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Dracula ants possess fastest known animal appendage: the snap-jaw

BY Diana Yates

Move over, trap-jaw ants and mantis shrimp: There’s a faster appendage in town. According to a new study, the Dracula ant, Mystrium camillae, can snap its mandibles at speeds of up to 90 meters per second (more than 200 mph), making it the fastest animal movement on record.

“The high accelerations of Mystrium strikes likely result in high-impact forces necessary for predatory or defensive behaviors,” the researchers wrote in a report of their findings in the journal Royal Society Open Science.

Entomology and animal biology professor Andrew Suarez and his colleagues studied the speed and mechanical characteristics of the Dracula ant.
Entomology and animal biology professor Andrew Suarez and his colleagues studied the speed and mechanical characteristics of the Dracula ant.

“These ants are fascinating as their mandibles are very unusual,” said University of Illinois animal biology and entomology professor Andrew Suarez (GNDP), who led the research with Fredrick J. Larabee, a postdoctoral researcher at the Smithsonian National Museum of Natural History; and Adrian A. Smith, of the North Carolina Museum of Natural Sciences and North Carolina State University, Raleigh. “Even among ants that power-amplify their jaws, the Dracula ants are unique: Instead of using three different parts for the spring, latch and lever arm, all three are combined in the mandible.”

Watch a video about these ants.

Unlike trap-jaw ants, whose powerful jaws snap closed from an open position, Dracula ants power up their mandibles by pressing the tips together, spring-loading them with internal stresses that release when one mandible slides across the other, similar to a human finger snap, the researchers said.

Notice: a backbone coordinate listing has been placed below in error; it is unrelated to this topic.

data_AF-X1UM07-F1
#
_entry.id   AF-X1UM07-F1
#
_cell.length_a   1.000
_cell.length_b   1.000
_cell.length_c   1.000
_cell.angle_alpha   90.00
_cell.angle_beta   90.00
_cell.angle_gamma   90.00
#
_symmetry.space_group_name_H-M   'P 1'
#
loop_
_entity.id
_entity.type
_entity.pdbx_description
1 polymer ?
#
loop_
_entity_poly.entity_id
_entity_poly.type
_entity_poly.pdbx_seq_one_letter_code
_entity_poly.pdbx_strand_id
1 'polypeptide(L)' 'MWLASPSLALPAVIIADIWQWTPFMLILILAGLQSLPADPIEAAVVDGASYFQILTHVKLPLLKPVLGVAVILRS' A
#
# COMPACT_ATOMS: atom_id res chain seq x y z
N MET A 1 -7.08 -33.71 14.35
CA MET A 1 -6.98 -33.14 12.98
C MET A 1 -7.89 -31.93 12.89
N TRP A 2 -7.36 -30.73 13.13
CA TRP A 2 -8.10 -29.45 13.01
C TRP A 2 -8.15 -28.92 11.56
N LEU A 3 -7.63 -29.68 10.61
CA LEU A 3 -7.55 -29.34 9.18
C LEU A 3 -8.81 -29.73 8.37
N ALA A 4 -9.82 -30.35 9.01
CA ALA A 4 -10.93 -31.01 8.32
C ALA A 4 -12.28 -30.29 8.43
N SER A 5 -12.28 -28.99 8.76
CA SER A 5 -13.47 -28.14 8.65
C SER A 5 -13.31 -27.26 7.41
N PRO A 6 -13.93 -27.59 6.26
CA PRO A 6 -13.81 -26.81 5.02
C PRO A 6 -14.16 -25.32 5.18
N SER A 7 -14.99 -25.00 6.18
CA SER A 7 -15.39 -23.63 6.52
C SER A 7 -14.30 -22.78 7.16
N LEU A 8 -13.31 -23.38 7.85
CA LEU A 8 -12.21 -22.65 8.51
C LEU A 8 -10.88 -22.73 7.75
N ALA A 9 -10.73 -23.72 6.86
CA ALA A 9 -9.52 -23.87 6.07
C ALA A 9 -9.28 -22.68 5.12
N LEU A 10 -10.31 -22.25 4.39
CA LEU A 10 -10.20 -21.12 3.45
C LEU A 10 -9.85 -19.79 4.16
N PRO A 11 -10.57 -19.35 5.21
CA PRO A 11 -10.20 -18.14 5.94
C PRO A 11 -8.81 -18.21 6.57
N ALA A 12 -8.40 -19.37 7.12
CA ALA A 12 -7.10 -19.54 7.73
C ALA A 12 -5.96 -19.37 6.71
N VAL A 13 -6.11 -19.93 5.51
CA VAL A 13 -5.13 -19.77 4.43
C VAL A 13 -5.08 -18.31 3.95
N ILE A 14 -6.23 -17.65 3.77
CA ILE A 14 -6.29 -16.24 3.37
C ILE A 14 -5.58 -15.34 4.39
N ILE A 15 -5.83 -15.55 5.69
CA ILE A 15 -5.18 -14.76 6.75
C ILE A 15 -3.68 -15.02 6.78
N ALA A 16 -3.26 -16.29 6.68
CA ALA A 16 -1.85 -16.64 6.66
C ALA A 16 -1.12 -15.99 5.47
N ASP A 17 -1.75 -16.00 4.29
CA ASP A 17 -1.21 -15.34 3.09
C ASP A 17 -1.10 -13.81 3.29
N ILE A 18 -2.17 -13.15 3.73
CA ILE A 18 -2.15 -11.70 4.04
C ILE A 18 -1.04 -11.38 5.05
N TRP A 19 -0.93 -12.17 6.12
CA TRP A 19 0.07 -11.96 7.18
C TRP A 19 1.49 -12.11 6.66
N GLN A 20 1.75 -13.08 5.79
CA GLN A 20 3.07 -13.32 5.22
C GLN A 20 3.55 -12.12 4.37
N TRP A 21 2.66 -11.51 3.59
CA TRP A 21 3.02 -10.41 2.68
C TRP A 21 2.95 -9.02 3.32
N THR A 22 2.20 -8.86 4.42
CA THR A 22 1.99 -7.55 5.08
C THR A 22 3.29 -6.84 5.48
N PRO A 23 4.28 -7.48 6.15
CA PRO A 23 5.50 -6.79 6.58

“The ants use this motion to smack other arthropods, likely stunning them, smashing them against a tunnel wall or pushing them away. The prey is then transported back to the nest, where it is fed to the ants’ larvae,” Suarez said.

“Scientists have described many different spring-loading mechanisms in ants, but no one knew the relative speed of each of these mechanisms,” Larabee said. “We had to use incredibly fast cameras to see the whole movement. We also used X-ray imaging technology to be able to see their anatomy in three dimensions, to better understand how the movement works.”

The team also conducted computer simulations of the mandible snaps of different castes of Dracula ants to test how the shape and structural characteristics of the mandibles affected the power of their snap.

“Our main findings are that snap-jaws are the fastest of the spring-loaded ant mouthparts, and the fastest currently known animal movement,” Larabee said. “By comparing the jaw shape of snapping ants with biting ants, we also learned that it only took small changes in shape for the jaws to evolve a new function: acting as a spring.”

The team’s future work includes examining how the ants use their mandibles in the field.

“Their biology, how they capture prey and defend their nests, is still in need of description,” Smith said.

The National Science Foundation, Smithsonian Institution and National Geographic Society supported this research.

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